The ID token is a signed information object representing the authenticated identity of the user. As part of the OpenID Connect standard, the ID token is encoded as a JWT and signed using the JWS standard. The ID Token can be decoded for debugging purposes by tools such as

Example header:

"alg": "RS256",
"kid": "public:80f3c34a-9779-4e1e-b645-117f3b771af8",
"typ": "JWT"

Example body:

"at_hash": "tyFnH20TOmPZkgJU8e5iKw",
"aud": [
"auth_time": 1557319296,
"exp": 1557322938,
"iat": 1557319338,
"iss": "",
"jti": "62a85e56-3d45-4c7e-a055-46932093257a",
"nonce": "",
"msn": "123456",
"rat": 1557319255,
"sub": "c06c4afe-d9e1-4c5d-939a-177d752a0944"

You can read more at the OIDC standard.

It is important to validate the Id-token before using any data contained in it. See the OIDC standard on Id-token validation for the specifics. We recommend that you use a library for this. A good place to start is finding a library for your language at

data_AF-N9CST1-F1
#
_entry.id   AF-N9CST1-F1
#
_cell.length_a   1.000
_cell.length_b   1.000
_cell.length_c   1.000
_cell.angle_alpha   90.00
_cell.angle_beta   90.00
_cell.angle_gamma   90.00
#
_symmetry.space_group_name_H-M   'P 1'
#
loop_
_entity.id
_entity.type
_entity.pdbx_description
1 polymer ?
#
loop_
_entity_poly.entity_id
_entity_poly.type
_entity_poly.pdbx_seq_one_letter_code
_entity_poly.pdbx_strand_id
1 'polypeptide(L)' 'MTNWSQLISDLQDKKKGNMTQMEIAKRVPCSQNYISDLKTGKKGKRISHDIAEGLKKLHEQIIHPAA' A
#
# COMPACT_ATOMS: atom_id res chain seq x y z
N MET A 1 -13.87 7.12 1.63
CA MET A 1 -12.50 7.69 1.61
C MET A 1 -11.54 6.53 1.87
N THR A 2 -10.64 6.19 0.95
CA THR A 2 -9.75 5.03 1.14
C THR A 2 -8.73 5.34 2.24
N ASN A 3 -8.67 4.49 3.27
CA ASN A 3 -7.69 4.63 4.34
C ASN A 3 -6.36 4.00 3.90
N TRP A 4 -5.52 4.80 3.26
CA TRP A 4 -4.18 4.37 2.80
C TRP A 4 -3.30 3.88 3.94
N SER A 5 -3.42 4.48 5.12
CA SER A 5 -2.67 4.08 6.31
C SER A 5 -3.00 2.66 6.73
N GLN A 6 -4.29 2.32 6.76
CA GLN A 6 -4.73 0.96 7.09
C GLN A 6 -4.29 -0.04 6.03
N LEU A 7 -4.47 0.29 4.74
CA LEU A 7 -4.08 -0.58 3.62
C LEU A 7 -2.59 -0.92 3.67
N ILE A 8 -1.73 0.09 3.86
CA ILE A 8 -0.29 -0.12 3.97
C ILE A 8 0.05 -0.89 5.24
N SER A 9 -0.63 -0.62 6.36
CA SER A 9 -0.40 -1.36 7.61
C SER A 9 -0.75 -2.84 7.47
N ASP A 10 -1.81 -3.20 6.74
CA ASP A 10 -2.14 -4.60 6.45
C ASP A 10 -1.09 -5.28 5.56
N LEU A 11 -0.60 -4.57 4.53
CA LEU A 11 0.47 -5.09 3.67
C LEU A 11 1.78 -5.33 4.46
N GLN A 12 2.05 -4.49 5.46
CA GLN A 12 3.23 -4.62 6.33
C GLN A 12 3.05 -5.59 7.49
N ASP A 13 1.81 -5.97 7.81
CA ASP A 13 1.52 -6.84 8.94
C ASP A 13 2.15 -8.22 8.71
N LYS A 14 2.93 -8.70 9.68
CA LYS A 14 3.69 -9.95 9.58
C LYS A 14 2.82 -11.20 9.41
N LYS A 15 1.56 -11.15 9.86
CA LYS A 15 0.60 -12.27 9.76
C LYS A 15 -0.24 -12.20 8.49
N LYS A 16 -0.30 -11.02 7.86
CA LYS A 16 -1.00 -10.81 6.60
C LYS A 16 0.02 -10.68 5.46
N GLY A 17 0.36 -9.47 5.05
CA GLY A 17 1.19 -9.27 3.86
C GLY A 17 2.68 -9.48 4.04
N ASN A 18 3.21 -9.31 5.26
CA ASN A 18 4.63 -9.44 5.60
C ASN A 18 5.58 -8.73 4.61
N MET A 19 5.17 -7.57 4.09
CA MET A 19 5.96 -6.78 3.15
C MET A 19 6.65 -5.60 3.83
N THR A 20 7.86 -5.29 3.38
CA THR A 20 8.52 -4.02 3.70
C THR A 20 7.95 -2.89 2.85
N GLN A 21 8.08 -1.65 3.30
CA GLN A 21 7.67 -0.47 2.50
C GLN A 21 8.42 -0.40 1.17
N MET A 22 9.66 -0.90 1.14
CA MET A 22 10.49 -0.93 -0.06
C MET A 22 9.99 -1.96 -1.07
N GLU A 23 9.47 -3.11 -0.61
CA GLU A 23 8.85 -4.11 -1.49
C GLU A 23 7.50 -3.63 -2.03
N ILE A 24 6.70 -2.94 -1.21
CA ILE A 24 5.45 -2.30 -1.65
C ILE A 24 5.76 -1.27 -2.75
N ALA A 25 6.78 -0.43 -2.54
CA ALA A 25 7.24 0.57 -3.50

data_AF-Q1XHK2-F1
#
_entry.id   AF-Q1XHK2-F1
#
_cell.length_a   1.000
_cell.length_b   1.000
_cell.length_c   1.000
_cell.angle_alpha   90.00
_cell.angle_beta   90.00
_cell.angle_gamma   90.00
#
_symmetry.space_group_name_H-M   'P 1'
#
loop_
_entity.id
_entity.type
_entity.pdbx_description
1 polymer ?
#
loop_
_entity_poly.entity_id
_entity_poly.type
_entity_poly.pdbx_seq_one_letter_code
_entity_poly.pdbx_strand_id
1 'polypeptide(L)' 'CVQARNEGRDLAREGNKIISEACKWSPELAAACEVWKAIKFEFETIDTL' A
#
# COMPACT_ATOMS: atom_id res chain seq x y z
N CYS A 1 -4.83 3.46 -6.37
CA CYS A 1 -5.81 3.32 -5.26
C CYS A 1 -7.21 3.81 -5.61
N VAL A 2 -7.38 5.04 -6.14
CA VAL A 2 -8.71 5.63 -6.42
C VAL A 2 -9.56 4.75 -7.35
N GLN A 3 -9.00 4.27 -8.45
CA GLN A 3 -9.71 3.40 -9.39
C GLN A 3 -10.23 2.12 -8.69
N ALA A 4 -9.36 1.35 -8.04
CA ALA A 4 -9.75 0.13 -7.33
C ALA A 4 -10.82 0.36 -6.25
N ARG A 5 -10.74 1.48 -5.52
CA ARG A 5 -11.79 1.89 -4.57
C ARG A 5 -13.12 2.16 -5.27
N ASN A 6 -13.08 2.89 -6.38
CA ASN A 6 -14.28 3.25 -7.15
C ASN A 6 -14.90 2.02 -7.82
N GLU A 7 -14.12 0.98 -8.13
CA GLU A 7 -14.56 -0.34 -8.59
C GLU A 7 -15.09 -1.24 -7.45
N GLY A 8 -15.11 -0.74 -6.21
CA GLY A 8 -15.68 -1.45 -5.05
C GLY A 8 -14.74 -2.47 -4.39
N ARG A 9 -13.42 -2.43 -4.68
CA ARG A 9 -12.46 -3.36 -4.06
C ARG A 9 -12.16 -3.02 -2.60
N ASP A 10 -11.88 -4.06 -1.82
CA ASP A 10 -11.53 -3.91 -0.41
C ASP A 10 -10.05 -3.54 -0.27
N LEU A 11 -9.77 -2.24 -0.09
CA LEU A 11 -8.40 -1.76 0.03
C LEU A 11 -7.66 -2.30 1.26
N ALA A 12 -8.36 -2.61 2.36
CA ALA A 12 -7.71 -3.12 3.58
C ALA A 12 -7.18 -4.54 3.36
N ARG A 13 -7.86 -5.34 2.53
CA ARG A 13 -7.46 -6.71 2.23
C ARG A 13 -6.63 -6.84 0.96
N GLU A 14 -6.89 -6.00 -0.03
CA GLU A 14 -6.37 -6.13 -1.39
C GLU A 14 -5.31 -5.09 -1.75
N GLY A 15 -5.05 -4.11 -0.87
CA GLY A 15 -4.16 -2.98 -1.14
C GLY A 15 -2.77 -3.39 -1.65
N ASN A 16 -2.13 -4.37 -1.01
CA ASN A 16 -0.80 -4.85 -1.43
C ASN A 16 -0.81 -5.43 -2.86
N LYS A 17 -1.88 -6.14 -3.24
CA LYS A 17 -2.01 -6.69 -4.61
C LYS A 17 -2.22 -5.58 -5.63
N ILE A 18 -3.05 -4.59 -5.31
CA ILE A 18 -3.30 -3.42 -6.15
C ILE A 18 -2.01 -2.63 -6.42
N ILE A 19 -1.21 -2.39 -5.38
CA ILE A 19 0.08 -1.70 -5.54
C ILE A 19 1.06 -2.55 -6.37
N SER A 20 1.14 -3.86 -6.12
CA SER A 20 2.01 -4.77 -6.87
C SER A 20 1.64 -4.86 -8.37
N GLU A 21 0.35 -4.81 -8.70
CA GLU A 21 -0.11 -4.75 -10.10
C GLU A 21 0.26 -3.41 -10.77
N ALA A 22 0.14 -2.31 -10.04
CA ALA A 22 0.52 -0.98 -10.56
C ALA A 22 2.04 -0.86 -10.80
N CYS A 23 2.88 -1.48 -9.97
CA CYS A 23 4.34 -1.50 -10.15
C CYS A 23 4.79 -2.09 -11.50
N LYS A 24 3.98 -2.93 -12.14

Access token

Access tokens are random strings that represent the authorization of a specific application to access specific parts of a user’s data.

These access tokens are provided by the POST:/access-management-1.0/access/oauth2/token endpoint. The token itself does not provide any information, but it can be used to fetch the data that the end-user has consented to share from the userinfo endpoint. Access tokens must be kept confidential in transit and storage.



For more information see RFC-6749 section 4.1.3-4.1.4.

Refresh token

Login does not currently support refresh tokens.

Token endpoint authentication method